If your enterprise is a service provider that handles customer data, it should have a System and Organization Controls for Service Organizations 2 (SOC 2) report attesting to its SOC 2 compliance. If you outsource work, your sub-contractors should be SOC 2 compliant, as well.

Developed by the American Institute of Certified Public Accountants (AICPA) in response to growing concerns over data privacy and security, the SOC 2 audit applies to all service providers that process and store customer data. Auditors use AICPA’s Statement on Standards for Attestation Engagements No. 18 (SSAE 18), which emphasizes data security, as a framework.

SOC reports demonstrate your organization’s commitment to protecting the privacy and security of customer and client information—increasingly important in our connected digital age.

What are the different types of SOC reports?

There are three main types of Service Organization Control (SOC) reports:

  • SOC 1: Reports on a SaaS organization’s internal controls that may impact user entities’ Internal Control over Financial Reporting (ICFR). SOC 1 reports focus strictly on financial controls and are intended for auditors assessing cybersecurity risk management programs relevant to user entities’ financial statements.
  • SOC 2: Reports on operations-related controls, compliance, information security, availability, processing integrity, privacy, and confidentiality. SOC 2 audits based on AICPA’s Trust Services Criteria are more relevant for SaaS providers storing sensitive data in the cloud. They cover security controls beyond finances to validate cybersecurity across business processes.
  • SOC 3: Provides the same level of assurance as a SOC 2 report, but the detailed SOC examination results are not disclosed. Only a certification of compliance or attestation opinion is provided by third-party auditors.

What is the benefit of obtaining a SOC report?

Obtaining an independent SOC audit report provides valuable third-party validation and assurance for organizations handling sensitive data, including:

  • Demonstrates security controls: Completing SOC examinations validates that a service organization has the necessary internal controls and cybersecurity safeguards around the financial, operational, or customer data it manages.
  • Highlights commitment: Investing in a positive SOC attestation shows stakeholders, clients, and prospects that data security is a priority and controls are operating effectively.
  • Meets compliance goals: Adhering to SOC standards helps satisfy various regulatory, contractual, and internal governance obligations related to risk management.
  • Enhances trust: SOC reports reassure management, customers, and partners that policies, systems, and processes safeguard confidentiality, integrity, and availability of sensitive information.

How often are SOC reports needed?

To maintain SOC compliance, whether SOC 1, SOC 2, or SOC 3, qualified third-party auditors must re-examine the effectiveness of controls over financial reporting or security policies over some time. SOC reports, and opinions confirming the operating effectiveness of controls are required at minimum on an annual calendar year basis.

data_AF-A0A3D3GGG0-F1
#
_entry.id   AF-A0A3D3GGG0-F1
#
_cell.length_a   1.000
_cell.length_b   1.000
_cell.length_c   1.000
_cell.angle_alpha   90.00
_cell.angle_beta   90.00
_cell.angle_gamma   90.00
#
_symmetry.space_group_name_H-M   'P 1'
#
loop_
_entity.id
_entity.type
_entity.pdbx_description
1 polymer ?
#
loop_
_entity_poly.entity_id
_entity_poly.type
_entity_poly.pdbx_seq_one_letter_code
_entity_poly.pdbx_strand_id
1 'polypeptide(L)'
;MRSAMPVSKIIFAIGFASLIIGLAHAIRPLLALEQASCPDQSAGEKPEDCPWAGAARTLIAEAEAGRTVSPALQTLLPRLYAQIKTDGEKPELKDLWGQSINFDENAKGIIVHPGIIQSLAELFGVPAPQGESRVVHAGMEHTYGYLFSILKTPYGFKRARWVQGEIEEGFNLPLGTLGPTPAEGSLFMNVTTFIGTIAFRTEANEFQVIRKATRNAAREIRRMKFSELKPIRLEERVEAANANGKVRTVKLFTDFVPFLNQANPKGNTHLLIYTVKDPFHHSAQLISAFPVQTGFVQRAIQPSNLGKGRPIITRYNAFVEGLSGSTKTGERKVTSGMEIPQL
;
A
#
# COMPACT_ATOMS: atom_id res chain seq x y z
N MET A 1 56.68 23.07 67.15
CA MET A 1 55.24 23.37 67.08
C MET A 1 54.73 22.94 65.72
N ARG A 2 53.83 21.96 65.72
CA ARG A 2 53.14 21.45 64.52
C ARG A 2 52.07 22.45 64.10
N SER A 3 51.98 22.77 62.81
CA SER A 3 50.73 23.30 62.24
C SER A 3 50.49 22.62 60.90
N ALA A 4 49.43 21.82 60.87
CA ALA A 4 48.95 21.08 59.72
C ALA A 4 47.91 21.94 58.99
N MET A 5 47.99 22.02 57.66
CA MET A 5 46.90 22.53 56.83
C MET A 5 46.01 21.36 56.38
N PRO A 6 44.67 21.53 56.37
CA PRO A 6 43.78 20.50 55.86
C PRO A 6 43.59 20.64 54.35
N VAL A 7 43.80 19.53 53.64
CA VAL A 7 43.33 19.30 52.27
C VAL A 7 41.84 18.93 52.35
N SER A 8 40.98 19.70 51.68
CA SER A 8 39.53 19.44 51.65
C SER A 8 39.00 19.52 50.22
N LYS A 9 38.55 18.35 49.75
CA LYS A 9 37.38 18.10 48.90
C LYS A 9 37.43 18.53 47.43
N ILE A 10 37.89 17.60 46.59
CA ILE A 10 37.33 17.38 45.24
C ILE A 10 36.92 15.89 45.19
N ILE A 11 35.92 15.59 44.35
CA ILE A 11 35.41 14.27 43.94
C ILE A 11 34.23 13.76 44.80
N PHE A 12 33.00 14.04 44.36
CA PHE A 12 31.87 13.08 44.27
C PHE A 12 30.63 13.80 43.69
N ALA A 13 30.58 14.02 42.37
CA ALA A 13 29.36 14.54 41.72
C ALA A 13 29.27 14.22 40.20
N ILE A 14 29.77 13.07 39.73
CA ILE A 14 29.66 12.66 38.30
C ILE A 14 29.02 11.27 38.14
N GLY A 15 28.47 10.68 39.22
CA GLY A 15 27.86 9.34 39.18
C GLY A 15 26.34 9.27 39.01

Regularly updated Type 2 SOC attestations assure user entities and stakeholders that the proper governance controls defined under AICPA criteria still function effectively within the organization’s system and control environment. Conducting ongoing readiness assessments enables SaaS providers to stay current with the latest SOC frameworks for supply chain risk management.

Key differences between the SOC report types


SOC 1 reports focus strictly on Internal Controls over Financial Reporting (ICFR). They are intended for CPAs assessing cybersecurity risk relevant to user entities’ financial statements over a period of time. SOC 1-type assurances relate to the operating effectiveness of financial controls.


SOC 2 covers controls beyond finances like security, privacy, and processing integrity to protect confidential data stored by SaaS providers. SOC Type 2 report assures data centers have safeguards meeting ISO 27001 or SOC for cybersecurity.


While SOC 3 provides the same Type I auditor opinion on ICFR governance controls as SOC 2, detailed testing results are not disclosed. SOC 3 still reassures user entities that security controls are operating effectively.

Choosing the right type of SOC report for your business

Whether SOC 1, SOC 2, or SOC 3 is most suitable depends on factors like your role in handling sensitive client data, regulatory and contractual obligations, and whether you need to disclose audit processes and findings. Consulting experts can clarify the best options for your risk management strategy.

Maintain Your SOC Compliance with ZenGRC

Achieving initial SOC certification is essential, but maintaining long-term compliance is crucial for ensuring controls remain effective. 

ZenGRC’s automated platform helps organizations manage SOC audits, integrate compliance processes, and generate on-demand reports to showcase credibility. 

Schedule a demo today to see how ZenGRC provides visibility across all compliance areas while preparing you for next year’s audit.